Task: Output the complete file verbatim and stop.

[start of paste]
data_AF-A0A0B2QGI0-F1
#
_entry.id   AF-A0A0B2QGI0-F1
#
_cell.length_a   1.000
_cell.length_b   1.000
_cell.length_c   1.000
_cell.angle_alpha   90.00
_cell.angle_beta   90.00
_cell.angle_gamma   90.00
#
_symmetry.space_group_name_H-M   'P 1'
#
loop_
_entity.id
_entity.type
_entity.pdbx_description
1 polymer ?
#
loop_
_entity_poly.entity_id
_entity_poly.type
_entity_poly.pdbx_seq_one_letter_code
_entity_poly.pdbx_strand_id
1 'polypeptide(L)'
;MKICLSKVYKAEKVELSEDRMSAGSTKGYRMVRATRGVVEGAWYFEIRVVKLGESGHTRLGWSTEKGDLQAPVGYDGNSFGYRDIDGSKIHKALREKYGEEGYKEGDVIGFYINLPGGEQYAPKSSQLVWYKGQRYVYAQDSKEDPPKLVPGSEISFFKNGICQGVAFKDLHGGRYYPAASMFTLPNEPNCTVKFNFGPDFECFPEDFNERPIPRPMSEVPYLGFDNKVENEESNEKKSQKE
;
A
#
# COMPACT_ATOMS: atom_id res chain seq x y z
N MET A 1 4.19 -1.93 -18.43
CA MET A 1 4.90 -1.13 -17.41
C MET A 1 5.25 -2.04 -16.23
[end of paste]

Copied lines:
data_AF-A0A0B2QGI0-F1
#
_entry.id   AF-A0A0B2QGI0-F1
#
_cell.length_a   1.000
_cell.length_b   1.000
_cell.length_c   1.000
_cell.angle_alpha   90.00
_cell.angle_beta   90.00
_cell.angle_gamma   90.00
#
_symmetry.space_group_name_H-M   'P 1'
#
loop_
_entity.id
_entity.type
_entity.pdbx_description
1 polymer ?
#
loop_
_entity_poly.entity_id
_entity_poly.type
_entity_poly.pdbx_seq_one_letter_code
_entity_poly.pdbx_strand_id
1 'polypeptide(L)'
;MKICLSKVYKAEKVELSEDRMSAGSTKGYRMVRATRGVVEGAWYFEIRVVKLGESGHTRLGWSTEKGDLQAPVGYDGNSFGYRDIDGSKIHKALREKYGEEGYKEGDVIGFYINLPGGEQYAPKSSQLVWYKGQRYVYAQDSKEDPPKLVPGSEISFFKNGICQGVAFKDLHGGRYYPAASMFTLPNEPNCTVKFNFGPDFECFPEDFNERPIPRPMSEVPYLGFDNKVENEESNEKKSQKE
;
A
#
# COMPACT_ATOMS: atom_id res chain seq x y z
N MET A 1 4.19 -1.93 -18.43
CA MET A 1 4.90 -1.13 -17.41
C MET A 1 5.25 -2.04 -16.23